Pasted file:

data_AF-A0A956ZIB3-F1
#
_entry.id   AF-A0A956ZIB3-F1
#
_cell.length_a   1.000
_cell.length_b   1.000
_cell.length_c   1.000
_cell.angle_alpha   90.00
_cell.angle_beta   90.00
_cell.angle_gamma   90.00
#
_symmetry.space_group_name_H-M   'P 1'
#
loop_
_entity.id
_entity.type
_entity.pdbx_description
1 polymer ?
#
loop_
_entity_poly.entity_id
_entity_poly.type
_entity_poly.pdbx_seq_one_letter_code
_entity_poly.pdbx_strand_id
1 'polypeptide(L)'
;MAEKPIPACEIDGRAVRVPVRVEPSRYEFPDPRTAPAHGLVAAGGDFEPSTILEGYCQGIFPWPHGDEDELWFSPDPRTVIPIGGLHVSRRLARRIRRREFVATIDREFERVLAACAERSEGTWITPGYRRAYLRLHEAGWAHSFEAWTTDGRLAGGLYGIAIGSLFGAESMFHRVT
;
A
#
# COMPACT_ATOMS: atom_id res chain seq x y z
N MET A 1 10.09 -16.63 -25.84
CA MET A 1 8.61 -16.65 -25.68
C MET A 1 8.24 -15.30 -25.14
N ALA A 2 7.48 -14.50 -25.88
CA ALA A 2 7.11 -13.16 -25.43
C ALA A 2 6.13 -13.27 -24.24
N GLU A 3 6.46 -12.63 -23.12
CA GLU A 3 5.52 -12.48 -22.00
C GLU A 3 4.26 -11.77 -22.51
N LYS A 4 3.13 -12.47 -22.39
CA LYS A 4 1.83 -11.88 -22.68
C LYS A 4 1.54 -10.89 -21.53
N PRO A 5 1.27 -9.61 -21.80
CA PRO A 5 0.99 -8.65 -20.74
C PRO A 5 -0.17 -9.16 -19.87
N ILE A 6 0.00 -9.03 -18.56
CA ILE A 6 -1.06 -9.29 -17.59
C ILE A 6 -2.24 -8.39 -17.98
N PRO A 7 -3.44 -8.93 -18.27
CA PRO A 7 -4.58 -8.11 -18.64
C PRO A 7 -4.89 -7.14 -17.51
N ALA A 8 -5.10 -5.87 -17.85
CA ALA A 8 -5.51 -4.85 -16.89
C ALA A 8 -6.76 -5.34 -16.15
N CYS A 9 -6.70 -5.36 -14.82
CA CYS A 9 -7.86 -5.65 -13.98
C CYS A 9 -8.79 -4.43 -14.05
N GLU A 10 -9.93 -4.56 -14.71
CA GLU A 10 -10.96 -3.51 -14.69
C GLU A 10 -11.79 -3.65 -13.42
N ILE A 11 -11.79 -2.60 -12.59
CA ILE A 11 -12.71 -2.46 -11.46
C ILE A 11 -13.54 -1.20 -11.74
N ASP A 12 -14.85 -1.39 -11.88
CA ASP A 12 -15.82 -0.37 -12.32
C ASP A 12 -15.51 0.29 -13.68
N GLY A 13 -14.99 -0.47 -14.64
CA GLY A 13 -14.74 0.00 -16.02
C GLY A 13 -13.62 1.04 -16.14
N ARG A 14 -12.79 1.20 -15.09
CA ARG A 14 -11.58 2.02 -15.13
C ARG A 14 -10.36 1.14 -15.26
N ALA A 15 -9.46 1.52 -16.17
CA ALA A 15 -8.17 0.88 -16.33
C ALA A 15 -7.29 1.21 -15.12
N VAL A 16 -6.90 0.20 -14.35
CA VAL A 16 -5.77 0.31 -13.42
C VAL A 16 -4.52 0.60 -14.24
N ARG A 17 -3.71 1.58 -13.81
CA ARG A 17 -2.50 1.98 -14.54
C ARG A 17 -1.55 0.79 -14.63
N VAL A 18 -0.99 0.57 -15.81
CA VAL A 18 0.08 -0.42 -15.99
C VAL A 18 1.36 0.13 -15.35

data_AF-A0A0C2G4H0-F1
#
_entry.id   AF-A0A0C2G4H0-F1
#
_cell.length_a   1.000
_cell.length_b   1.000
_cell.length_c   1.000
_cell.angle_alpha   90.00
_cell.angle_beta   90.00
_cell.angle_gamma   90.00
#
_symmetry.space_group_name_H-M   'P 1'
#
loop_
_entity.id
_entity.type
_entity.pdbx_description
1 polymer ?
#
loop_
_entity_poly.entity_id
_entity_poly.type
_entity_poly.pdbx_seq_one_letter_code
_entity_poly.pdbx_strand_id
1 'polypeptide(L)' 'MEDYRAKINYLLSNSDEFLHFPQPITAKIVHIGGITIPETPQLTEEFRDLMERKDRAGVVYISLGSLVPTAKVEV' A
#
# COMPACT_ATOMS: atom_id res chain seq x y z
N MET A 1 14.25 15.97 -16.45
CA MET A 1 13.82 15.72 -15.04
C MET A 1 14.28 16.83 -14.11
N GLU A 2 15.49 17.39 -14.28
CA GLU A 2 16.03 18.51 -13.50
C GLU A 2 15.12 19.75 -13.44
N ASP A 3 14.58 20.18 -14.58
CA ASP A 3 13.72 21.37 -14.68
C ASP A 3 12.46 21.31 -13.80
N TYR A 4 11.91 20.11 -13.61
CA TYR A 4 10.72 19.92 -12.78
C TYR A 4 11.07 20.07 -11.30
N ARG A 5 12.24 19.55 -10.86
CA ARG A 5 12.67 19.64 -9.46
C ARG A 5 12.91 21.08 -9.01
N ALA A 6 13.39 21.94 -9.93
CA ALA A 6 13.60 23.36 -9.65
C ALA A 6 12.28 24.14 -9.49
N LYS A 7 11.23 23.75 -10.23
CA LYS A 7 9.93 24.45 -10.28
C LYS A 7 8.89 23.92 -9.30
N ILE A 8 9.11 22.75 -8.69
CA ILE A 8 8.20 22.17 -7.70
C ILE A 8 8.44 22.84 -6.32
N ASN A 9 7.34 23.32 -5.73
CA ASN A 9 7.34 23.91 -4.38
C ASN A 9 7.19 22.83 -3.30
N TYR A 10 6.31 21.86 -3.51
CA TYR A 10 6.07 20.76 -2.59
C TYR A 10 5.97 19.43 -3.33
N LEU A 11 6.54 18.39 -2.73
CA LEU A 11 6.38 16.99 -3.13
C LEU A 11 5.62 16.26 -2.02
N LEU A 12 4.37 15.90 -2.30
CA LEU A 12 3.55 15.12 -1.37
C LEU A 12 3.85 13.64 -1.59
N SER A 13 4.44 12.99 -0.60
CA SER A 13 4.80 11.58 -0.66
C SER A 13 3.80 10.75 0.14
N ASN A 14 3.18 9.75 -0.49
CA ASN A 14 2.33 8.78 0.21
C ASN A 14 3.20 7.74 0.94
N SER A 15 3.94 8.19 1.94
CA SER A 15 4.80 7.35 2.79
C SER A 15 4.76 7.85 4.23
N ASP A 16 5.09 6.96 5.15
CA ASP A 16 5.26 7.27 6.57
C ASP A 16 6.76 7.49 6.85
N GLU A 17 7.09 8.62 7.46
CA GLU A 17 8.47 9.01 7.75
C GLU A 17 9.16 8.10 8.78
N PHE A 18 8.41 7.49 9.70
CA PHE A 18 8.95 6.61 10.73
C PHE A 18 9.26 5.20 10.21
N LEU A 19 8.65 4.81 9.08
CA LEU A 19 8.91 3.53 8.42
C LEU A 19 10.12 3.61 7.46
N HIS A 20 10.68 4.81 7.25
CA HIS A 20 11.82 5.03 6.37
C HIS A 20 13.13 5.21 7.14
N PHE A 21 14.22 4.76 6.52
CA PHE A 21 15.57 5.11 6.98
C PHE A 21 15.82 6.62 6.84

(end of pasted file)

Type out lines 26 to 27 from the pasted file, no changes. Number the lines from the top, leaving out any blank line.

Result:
;MAEKPIPACEIDGRAVRVPVRVEPSRYEFPDPRTAPAHGLVAAGGDFEPSTILEGYCQGIFPWPHGDEDELWFSPDPRTVIPIGGLHVSRRLARRIRRREFVATIDREFERVLAACAERSEGTWITPGYRRAYLRLHEAGWAHSFEAWTTDGRLAGGLYGIAIGSLFGAESMFHRVT
;